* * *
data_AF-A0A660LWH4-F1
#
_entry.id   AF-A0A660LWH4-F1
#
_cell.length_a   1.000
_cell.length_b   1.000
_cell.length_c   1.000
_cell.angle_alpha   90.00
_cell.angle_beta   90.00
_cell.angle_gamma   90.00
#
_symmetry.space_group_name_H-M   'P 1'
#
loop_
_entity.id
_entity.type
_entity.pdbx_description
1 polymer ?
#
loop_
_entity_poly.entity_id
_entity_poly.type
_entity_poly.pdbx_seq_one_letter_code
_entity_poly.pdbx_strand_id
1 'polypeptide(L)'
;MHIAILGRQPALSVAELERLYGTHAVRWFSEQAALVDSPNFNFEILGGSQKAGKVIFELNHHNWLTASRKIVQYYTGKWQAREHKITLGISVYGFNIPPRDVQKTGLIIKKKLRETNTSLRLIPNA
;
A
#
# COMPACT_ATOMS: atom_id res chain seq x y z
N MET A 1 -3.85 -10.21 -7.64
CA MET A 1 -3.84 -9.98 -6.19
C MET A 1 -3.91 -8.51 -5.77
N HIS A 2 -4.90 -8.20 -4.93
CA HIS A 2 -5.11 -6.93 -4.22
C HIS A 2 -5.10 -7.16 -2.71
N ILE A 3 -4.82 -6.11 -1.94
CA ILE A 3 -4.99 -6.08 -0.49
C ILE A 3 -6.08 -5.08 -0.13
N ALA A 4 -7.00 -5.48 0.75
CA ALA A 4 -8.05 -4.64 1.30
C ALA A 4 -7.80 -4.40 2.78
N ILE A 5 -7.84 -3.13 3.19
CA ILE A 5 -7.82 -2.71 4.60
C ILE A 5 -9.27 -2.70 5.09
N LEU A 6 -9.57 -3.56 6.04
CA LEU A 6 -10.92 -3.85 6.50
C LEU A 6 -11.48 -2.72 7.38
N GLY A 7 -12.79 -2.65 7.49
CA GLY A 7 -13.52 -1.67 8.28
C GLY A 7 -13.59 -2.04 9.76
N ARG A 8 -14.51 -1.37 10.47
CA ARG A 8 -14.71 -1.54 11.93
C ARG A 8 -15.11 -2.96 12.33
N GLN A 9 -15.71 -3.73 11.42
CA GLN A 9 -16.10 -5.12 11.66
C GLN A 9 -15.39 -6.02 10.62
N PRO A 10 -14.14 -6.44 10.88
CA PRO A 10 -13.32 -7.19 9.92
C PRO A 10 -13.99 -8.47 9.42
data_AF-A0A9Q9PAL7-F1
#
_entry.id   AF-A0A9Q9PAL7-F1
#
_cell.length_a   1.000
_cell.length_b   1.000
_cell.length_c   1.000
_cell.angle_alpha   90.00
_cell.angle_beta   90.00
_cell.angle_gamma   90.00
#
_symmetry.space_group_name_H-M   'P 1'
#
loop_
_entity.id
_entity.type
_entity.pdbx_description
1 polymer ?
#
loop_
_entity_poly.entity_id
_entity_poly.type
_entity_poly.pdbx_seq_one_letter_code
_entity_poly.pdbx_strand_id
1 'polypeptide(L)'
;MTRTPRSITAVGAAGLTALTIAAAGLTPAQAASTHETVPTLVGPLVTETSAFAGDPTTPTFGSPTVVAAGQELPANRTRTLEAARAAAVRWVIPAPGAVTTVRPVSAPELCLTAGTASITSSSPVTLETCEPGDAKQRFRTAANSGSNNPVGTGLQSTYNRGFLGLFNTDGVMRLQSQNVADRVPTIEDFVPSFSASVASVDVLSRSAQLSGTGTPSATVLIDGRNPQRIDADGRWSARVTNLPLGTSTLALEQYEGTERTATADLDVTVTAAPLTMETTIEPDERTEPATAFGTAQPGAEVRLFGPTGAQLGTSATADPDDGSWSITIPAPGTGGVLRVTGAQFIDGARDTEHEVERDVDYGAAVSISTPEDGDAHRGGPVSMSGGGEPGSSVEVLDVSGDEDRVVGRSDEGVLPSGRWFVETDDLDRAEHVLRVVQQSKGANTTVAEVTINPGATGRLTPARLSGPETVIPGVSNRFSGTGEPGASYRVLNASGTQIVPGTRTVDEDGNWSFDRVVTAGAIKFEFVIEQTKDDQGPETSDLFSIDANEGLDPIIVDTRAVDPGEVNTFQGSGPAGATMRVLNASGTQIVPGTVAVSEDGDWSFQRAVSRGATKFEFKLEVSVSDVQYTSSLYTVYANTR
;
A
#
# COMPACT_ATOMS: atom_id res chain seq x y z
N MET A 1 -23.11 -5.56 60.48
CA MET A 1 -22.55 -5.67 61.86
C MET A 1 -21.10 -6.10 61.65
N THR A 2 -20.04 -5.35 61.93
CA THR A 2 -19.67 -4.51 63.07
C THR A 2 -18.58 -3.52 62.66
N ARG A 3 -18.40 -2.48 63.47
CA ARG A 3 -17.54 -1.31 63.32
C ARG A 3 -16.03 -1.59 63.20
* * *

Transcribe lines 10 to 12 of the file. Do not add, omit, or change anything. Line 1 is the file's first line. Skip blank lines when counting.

_cell.angle_gamma   90.00
#
_symmetry.space_group_name_H-M   'P 1'